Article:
Hell in Heels: 420People’s ‘Inferno’

Hell in heels / Hell on wheels describes the discomfort of facing problems of middle age, in 420People's latest production, at the Roxy NoD Theatre.

Hell in heels / Hell on wheels describes the discomfort of facing problems of middle age, in 420People’s latest production, at the Roxy NoD Theatre.

‘Hell on wheels’ is the idiom describing someone who behaves in a difficult way – which certainly applies to the movement in 420People’s new production.

420People’s latest show, Inferno, Dante’s Variations (Peklo, Dantovské Variace) lives up to its billing as an experimental performance. Peklo was inspired by Dante’s Inferno and his observations of hell. And the company describes the piece as “A tragicomic parable on a human fight with sorrow, boredom, and lazyness that sneak into our lives with middle age.”

The result at the NoD Theater premiere Sept 30 was a blend of spoken-word poetry, dance, and acting through a wide range of emotions.

This is not purely a dance performance. Much of the show includes monologues in Czech, meaning that an international audience will miss a lot of the message, but certain hellish themes, such as body image and the difficulty of relationships, come through loud and clear.

The show opens with a table, bare except for a head of cabbage and bunch of carrots, and two folding chairs for guest stars David Prachař and Lucie Trmíková. Members of 420People join them as a sort of Greek chorus with simple movements, as the parental figures recite lines and move their chairs farther apart to the opposite ends of the stage.

A real gender bender: Body image and other challenges of middle age are examined in 'Dante's Variations.'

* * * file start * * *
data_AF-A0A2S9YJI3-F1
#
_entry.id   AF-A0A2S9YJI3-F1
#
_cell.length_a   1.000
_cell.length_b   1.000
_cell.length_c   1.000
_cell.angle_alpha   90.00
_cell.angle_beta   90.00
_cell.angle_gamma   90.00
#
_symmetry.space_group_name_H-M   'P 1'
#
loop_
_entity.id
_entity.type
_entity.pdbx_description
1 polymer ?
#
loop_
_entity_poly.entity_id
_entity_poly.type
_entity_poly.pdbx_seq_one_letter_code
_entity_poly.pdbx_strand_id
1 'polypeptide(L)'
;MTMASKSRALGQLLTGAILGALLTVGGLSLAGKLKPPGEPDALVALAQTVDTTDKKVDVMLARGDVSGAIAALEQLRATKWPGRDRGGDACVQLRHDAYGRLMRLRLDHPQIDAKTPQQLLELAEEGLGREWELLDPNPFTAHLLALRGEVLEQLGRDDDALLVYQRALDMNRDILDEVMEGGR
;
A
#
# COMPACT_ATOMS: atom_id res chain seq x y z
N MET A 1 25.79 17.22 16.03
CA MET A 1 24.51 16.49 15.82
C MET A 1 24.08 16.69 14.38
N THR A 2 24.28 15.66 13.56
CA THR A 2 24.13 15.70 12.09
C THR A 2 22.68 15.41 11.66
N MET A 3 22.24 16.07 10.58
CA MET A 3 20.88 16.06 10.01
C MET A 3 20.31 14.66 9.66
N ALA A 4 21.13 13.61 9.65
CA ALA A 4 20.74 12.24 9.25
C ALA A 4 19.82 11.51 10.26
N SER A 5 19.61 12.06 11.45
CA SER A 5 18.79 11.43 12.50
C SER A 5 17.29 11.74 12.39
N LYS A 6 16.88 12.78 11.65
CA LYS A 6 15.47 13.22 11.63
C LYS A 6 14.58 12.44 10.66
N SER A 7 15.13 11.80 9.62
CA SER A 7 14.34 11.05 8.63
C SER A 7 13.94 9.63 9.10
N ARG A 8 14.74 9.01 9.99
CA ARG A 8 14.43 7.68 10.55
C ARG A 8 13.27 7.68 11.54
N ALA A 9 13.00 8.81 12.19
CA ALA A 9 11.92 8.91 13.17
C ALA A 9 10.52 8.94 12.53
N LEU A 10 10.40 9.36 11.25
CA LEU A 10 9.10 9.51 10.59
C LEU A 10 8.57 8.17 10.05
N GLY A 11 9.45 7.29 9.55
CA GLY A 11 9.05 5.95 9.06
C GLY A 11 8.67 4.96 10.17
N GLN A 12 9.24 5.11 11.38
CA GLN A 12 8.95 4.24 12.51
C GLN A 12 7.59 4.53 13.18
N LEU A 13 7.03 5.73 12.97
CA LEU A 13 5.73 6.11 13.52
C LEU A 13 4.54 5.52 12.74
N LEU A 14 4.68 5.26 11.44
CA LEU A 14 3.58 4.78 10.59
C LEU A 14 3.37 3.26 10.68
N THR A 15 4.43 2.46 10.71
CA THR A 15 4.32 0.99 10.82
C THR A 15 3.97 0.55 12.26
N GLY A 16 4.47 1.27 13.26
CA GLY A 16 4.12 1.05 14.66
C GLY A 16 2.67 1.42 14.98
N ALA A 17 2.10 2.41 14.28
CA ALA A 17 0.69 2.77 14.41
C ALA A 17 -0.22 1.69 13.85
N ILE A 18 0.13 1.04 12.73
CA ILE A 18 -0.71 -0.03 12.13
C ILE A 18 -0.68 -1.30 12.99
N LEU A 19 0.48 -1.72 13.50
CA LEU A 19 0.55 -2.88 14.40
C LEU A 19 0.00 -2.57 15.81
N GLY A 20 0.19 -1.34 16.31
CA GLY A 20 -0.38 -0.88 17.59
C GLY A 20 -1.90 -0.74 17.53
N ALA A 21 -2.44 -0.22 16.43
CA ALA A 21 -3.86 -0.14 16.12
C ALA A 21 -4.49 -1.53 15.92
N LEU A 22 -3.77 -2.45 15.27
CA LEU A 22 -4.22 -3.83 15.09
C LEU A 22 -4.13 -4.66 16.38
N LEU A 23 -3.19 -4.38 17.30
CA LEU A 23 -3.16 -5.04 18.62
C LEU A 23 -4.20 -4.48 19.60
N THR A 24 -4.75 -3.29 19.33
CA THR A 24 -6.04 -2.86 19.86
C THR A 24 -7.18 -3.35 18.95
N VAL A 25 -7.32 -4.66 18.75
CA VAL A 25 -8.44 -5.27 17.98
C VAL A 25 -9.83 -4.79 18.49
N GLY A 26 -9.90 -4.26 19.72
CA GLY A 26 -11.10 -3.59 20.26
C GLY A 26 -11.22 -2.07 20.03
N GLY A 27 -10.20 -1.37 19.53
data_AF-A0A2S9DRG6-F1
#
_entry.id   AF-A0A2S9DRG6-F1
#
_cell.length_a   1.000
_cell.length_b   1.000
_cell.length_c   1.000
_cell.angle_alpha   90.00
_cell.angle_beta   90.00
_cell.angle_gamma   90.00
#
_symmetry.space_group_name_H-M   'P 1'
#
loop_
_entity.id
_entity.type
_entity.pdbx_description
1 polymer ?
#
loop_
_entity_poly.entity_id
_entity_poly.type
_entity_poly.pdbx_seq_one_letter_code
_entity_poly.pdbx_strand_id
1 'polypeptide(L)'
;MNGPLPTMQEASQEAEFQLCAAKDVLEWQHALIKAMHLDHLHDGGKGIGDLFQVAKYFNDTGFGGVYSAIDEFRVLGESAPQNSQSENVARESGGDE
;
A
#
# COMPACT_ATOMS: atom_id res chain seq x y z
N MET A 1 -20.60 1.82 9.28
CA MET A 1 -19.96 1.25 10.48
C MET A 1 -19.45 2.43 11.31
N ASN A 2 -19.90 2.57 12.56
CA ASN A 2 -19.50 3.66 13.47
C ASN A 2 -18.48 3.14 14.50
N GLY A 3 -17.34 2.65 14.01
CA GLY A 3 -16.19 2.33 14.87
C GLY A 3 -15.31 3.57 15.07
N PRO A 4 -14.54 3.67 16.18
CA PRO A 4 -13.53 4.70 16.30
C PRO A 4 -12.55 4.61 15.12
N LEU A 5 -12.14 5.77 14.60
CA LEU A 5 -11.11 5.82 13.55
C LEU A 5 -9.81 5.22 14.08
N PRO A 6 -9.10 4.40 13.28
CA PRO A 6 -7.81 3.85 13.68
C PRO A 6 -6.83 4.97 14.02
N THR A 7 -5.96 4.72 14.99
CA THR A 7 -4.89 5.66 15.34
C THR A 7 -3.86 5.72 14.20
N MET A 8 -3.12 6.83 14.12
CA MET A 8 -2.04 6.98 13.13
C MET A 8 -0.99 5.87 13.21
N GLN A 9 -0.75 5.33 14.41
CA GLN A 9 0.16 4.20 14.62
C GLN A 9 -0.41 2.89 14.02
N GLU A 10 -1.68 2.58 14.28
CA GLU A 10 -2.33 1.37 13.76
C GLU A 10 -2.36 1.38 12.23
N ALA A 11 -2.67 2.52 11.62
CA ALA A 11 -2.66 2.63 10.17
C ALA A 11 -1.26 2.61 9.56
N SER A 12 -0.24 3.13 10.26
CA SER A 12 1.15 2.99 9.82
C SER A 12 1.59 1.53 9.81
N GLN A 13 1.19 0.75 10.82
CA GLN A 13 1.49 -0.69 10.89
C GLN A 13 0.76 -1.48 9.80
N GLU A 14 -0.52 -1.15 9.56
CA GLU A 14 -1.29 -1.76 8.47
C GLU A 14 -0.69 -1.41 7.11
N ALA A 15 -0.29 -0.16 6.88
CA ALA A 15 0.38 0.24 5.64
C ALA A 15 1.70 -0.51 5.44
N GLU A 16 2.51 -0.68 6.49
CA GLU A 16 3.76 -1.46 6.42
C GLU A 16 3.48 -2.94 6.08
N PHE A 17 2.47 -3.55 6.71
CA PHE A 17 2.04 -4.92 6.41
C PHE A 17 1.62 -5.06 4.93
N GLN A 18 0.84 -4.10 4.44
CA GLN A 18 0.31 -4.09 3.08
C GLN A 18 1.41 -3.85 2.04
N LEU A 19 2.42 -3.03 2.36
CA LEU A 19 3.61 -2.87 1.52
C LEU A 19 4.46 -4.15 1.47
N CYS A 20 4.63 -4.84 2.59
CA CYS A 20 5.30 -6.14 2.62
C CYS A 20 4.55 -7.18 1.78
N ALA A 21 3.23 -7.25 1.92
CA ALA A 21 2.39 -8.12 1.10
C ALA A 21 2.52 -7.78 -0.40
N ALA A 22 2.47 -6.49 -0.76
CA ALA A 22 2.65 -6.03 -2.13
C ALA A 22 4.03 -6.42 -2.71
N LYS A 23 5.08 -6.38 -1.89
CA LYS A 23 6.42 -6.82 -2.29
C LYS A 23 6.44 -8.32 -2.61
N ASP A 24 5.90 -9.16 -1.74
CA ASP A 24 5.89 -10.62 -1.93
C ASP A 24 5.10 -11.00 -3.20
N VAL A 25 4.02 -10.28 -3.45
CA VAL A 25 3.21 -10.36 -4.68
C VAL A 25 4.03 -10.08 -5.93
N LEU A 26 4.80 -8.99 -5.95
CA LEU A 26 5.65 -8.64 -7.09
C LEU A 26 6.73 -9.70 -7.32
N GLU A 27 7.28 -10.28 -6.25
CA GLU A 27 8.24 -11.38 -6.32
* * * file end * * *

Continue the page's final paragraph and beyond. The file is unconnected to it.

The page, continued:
A real gender bender: Body image and other challenges of middle age are examined in ‘Dante’s Variations.’

As the show continues, the movements and the costumes get wilder. 420People, male and female, strip down to black shirts, nude tights, and high heels for the majority of the performance. The scenes range from a night club to a fashion show to an entire sequence whose only movement is facial expressions.

420 People don’t shy away from daredevil moves. In one of the early scenes, a couple cling to each other while climbing a growing stack of small stools, getting closer and closer to the theater’s ceiling.

They’re also not afraid to bare their bodies, with the dancers regularly undressing as part of their movement, challenging the audience to be as comfortable as they are.

Whether doing acrobatic tricks on a rope hanging from the ceiling, or questioning the roles of gender and age, one thing is clear: This company isn’t afraid of anything. — oo

Dante’s Variation by 420People will be repeated Oct 27, Nov 24, and Dec 4, all at Roxy’s NoD Theatre.

— Auburn Scallon, Opus Osm writer

Photo Credits: Fabiana Mertova

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